The early history of Galveston, by Dr. J. O. Dyer Page: 27
The following text was automatically extracted from the image on this page using optical character recognition software:
The Early History of Galveston. 27
Galveston continued to grow, however, until October 9, 1837, when the
hurricane and flood made almost a clean sweep. The navy yard was
damaged, the Toby foundered, the Flash foundered and the men at the fort
saved themselves on vessels. Several lives were lost.
In 1836 the site of Lafitte's fort was distinguishable by the moat or
ditch which surrounded it. A trip to the sand hills through the "Bush"
qcessitated the use of a ship chain, which had to be clanged to clear the
way of snakes. Late in 1836 a number of stores sprang up at Saccarap
Ridge; these were on pilings. Solomon Parr, J. De Cordova and Mussina
are recalled as some of the early storekeepers. John Hughes brought water
in barrels from the Trinity. One of Colonel Hall's negroes on the island
spoke French fluently. He acted as interpreter for Santa Anna when
Captain Almonte, who spoke English, was not available.
This same negro, in constructing a hut for some refugee women near
the bayou, unearthed several skeletons. He fled and could not be induced
to continue the work at that location, so a new hut was built further east.
The skeletons of men who died in Lafitte's time were buried in the sand
hills of the gulf.
* * *
The Mexican prisoners became very ill with dysentery. The flies also
were very troublesome, the sanitation being defective. Colonel Morgan
used the prisoners to dig deep ditches connecting with the salt water to
receive the sewerage of the camp.
* * *
Colonel Hall presented Colonel Dyer with a pair of pistols captured at
San Jacinto. They had long single barrels, ivory grips, silver mounted.
They were loaded at the muzzle and fired by a flint-lock which communicated
with a pan on which a little loose powder was placed. The flintlock
pistols were used by old-timers to kindle their fires, saving many sore
knuckles and much time.
Pistols were mostly used for duelling. As it took as long to load a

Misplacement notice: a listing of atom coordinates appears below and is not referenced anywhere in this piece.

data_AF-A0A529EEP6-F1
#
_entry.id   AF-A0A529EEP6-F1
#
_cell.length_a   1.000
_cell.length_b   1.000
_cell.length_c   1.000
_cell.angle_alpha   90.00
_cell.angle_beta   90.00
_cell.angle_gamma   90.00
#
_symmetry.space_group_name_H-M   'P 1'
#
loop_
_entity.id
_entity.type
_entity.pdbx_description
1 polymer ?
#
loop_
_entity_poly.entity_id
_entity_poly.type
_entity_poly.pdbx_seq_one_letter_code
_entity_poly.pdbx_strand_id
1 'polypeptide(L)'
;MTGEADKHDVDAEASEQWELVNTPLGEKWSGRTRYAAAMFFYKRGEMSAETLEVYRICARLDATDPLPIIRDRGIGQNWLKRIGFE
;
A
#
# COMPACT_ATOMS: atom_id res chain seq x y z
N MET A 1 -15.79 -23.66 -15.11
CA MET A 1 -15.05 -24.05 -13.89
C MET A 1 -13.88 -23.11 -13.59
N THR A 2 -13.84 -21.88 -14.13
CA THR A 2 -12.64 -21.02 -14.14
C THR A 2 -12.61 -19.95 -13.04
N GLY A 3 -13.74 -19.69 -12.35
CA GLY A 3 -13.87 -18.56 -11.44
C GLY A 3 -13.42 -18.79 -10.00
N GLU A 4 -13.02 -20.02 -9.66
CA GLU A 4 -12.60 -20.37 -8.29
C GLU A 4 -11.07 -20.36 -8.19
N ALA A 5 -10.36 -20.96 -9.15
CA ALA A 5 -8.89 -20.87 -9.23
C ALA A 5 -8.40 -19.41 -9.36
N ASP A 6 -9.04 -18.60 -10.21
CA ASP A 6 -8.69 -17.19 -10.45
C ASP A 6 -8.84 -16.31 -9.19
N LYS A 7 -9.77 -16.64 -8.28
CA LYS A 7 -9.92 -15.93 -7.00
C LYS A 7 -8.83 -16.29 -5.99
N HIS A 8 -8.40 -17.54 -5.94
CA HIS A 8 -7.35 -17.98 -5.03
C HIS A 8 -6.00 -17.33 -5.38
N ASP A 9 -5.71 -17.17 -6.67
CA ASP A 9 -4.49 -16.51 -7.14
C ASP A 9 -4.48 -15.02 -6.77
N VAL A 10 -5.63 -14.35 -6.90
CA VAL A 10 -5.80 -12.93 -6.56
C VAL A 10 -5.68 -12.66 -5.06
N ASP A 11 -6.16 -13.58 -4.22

pistol as a rifle, they did not figure much in warfare.
* * *
J. Morgan furnished beef. A well, said to have been built by Lafitte
in the east end, had filled up, and the springs back of the sand hills later
were not then in existence. There were no ants in Galveston in 1836. They
came later in cargoes of coffee. The first milk obtained in the settlement
was from goats that practically ran wild.
* * *
Ovens were built in 1836 and 1837 in the following manner. Oyster
shells were finely pounded, mixed with a little mortar and made into bricks.
These were baked in hot ashes in a pit and then when hard the oven was
constructed from these bricks. The first stove reached Galveston in 1839.
* * *
The beach in the early days had many green turtles that laid their
eggs in the sand. Alligators were numerous in the ponds, and the snakes
were a menace. The early settlers slept in hammocks suspended from the
ceilings for fear of the snakes. Many deer swam over to the island attracted
by the rich grasses. In 1836 a few half-breed Indians had a camp at
Here’s what’s next.
This book can be searched. Note: Results may vary based on the legibility of text within the document.
Citing and Sharing
Basic information for referencing this web page. We also provide extended guidance on usage rights, references, copying or embedding.
Reference the current page of this Book.
Dyer, Joseph O. The early history of Galveston, by Dr. J. O. Dyer, book, 1916; Galveston, Texas. (texashistory.unt.edu/ark:/67531/metapth24651/m1/30/?rotate=90: accessed June 24, 2017), University of North Texas Libraries, The Portal to Texas History, texashistory.unt.edu; .